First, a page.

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Treatment programmes for substance abusing offenders in Europe: a survey of routine practice

Hamilton, Leah, Koehler, Johann A. and Lösel, Friedrich (2015) Treatment programmes for substance abusing offenders in Europe: a survey of routine practice. European Journal on Criminal Policy and Research, 21 (3). pp. 371-384. ISSN 0928-1371

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Identification Number: 10.1007/s10610-014-9255-5

Abstract

This article presents the results of an international survey of treatment programmes for drug and alcohol abusing offenders throughout the European Union. Questionnaires on 86 programmes were collected from 27 EU countries. They captured data about programme design, delivery, administration, infrastructure and other features. Most programmes targeted any level of substance abuse. We observed many types of treatment modality across Europe. There was a preference for cognitive behavioural and non-behavioural programmes over pharmacological treatments and therapeutic communities. Governments provided the funding for almost all the programmes. Practitioners noted that maintaining client motivation was central to realising effective treatment delivery. Most respondents indicated that some basic process evaluation data were gathered to help maintain treatment fidelity. However, methodologically sound outcome evaluations of programme effectiveness were rare. The findings reveal discrepancies between routine practice and the results of international evaluation research. They clearly underline the need to integrate evaluation into routine practice and for greater use of evidence-based policies across the continent.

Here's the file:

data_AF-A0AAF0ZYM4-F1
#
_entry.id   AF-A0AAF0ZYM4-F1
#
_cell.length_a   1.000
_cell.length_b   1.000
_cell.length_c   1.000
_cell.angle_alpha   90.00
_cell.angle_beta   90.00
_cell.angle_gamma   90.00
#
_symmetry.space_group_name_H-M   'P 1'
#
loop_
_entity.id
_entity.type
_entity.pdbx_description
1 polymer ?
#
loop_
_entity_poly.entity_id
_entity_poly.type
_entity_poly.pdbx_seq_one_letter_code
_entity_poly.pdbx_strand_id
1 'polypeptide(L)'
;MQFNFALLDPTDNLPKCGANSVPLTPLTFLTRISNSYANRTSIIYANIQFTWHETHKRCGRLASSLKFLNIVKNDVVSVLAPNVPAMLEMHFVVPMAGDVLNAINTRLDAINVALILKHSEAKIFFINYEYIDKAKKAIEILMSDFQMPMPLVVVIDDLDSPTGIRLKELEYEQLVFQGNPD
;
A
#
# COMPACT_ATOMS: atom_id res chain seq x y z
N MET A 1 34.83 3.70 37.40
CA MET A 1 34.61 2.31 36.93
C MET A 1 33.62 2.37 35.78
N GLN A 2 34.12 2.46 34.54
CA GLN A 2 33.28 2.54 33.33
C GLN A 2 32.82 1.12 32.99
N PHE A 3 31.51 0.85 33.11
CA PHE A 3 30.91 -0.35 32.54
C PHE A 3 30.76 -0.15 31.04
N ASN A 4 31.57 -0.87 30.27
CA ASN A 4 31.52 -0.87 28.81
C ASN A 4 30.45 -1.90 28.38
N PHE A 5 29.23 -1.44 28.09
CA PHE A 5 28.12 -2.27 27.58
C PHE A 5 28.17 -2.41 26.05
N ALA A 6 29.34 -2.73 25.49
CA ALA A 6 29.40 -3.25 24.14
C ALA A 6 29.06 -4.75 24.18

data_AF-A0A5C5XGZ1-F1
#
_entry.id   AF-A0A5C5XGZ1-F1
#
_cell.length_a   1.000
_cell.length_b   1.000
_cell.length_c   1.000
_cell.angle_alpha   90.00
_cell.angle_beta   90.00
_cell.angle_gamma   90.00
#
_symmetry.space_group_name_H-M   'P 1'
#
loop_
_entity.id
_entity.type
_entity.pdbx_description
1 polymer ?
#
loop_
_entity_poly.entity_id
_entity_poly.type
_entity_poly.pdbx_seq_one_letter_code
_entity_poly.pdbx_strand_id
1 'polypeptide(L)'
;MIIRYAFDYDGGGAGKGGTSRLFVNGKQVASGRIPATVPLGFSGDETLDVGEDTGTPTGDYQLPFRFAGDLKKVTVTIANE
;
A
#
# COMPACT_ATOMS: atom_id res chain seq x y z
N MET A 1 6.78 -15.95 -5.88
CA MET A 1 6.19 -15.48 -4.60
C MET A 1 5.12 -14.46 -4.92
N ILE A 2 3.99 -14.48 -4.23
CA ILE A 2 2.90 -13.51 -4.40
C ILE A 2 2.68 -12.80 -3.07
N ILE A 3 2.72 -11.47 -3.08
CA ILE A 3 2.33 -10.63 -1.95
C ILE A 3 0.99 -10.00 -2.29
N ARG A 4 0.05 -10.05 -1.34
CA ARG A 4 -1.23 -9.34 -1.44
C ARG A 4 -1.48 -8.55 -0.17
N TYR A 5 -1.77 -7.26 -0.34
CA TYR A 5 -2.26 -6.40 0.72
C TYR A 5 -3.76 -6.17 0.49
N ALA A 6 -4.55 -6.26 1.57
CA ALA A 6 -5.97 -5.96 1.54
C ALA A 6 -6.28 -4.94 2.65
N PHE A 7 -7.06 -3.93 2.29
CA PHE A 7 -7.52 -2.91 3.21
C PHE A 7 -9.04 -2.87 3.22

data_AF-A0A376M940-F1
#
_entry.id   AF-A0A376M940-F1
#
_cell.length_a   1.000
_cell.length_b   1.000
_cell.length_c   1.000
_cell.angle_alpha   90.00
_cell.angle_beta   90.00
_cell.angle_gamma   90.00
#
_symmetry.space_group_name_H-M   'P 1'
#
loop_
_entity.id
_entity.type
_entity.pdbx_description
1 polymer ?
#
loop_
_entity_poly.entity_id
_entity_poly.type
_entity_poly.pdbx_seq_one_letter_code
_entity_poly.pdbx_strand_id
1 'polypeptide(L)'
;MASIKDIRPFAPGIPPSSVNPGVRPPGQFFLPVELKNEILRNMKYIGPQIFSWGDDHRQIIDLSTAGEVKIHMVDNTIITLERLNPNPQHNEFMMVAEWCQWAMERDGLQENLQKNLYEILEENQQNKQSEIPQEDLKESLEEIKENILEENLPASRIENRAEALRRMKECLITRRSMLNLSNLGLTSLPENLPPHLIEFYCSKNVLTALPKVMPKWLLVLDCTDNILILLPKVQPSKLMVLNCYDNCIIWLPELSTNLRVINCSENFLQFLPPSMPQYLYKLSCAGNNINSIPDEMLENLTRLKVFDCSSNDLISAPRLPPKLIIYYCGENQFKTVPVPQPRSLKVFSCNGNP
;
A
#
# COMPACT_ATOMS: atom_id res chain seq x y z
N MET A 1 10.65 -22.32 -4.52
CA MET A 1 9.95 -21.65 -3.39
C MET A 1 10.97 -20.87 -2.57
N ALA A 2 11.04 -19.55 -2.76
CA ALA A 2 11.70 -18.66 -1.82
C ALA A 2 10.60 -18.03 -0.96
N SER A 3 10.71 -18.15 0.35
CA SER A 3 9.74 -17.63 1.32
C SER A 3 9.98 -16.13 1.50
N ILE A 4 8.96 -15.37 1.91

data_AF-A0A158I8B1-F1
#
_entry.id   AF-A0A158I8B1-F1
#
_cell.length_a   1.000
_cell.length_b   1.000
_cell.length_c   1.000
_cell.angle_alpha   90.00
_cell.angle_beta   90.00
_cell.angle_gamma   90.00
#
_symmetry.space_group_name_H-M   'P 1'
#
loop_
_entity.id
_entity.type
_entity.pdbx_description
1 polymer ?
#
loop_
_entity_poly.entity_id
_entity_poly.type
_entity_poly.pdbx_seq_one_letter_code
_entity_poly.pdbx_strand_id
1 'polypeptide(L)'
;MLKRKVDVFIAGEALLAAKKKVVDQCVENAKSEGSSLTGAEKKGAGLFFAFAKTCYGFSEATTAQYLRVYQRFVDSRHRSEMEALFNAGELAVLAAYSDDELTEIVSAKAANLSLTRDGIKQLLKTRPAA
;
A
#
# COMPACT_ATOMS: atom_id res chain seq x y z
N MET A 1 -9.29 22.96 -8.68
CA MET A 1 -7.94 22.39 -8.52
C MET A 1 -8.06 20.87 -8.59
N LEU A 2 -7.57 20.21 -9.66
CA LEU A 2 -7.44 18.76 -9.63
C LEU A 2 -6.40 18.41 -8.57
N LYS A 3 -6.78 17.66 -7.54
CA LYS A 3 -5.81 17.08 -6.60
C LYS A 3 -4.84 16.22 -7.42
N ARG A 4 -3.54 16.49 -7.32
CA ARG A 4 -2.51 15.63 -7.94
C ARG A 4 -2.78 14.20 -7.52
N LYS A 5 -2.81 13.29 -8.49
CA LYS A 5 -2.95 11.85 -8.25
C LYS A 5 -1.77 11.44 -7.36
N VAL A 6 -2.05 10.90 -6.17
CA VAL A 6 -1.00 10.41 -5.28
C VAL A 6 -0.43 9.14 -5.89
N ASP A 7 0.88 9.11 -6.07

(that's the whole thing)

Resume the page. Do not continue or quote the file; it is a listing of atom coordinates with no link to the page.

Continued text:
Item Type: Article
Official URL: https://link.springer.com/journal/10610
Additional Information: © 2015 Springer Nature Switzerland AG
Divisions: Social Policy
Subjects: H Social Sciences > HN Social history and conditions. Social problems. Social reform
H Social Sciences > HV Social pathology. Social and public welfare. Criminology
Date Deposited: 05 Nov 2019 10:45
Last Modified: 20 Jan 2020 07:07
URI: http://eprints.lse.ac.uk/id/eprint/102376

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